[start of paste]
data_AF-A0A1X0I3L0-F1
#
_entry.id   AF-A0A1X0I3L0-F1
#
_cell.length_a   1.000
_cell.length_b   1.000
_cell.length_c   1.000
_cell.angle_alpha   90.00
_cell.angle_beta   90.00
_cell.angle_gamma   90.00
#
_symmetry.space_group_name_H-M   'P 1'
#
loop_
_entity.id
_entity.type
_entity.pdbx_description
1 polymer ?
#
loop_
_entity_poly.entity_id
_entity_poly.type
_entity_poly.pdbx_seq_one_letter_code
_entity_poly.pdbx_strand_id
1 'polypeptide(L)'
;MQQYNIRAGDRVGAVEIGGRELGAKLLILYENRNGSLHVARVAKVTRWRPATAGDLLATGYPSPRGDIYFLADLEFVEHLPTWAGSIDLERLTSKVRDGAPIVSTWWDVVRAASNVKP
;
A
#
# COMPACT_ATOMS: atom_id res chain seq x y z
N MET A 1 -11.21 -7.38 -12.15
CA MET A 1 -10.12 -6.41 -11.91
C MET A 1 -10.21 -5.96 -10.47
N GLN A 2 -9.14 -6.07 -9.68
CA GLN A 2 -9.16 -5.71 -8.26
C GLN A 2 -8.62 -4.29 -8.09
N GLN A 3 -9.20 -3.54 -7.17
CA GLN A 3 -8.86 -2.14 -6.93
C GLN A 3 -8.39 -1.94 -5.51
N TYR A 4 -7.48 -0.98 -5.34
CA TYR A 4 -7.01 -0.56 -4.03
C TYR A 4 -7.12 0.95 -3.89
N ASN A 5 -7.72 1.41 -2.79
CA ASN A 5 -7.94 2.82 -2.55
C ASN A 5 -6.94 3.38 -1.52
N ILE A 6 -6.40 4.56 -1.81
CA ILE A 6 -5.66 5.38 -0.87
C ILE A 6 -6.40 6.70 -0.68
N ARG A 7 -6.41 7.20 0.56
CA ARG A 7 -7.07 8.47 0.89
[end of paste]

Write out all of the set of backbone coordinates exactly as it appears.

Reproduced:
data_AF-A0A1X0I3L0-F1
#
_entry.id   AF-A0A1X0I3L0-F1
#
_cell.length_a   1.000
_cell.length_b   1.000
_cell.length_c   1.000
_cell.angle_alpha   90.00
_cell.angle_beta   90.00
_cell.angle_gamma   90.00
#
_symmetry.space_group_name_H-M   'P 1'
#
loop_
_entity.id
_entity.type
_entity.pdbx_description
1 polymer ?
#
loop_
_entity_poly.entity_id
_entity_poly.type
_entity_poly.pdbx_seq_one_letter_code
_entity_poly.pdbx_strand_id
1 'polypeptide(L)'
;MQQYNIRAGDRVGAVEIGGRELGAKLLILYENRNGSLHVARVAKVTRWRPATAGDLLATGYPSPRGDIYFLADLEFVEHLPTWAGSIDLERLTSKVRDGAPIVSTWWDVVRAASNVKP
;
A
#
# COMPACT_ATOMS: atom_id res chain seq x y z
N MET A 1 -11.21 -7.38 -12.15
CA MET A 1 -10.12 -6.41 -11.91
C MET A 1 -10.21 -5.96 -10.47
N GLN A 2 -9.14 -6.07 -9.68
CA GLN A 2 -9.16 -5.71 -8.26
C GLN A 2 -8.62 -4.29 -8.09
N GLN A 3 -9.20 -3.54 -7.17
CA GLN A 3 -8.86 -2.14 -6.93
C GLN A 3 -8.39 -1.94 -5.51
N TYR A 4 -7.48 -0.98 -5.34
CA TYR A 4 -7.01 -0.56 -4.03
C TYR A 4 -7.12 0.95 -3.89
N ASN A 5 -7.72 1.41 -2.79
CA ASN A 5 -7.94 2.82 -2.55
C ASN A 5 -6.94 3.38 -1.52
N ILE A 6 -6.40 4.56 -1.81
CA ILE A 6 -5.66 5.38 -0.87
C ILE A 6 -6.40 6.70 -0.68
N ARG A 7 -6.41 7.20 0.56
CA ARG A 7 -7.07 8.47 0.89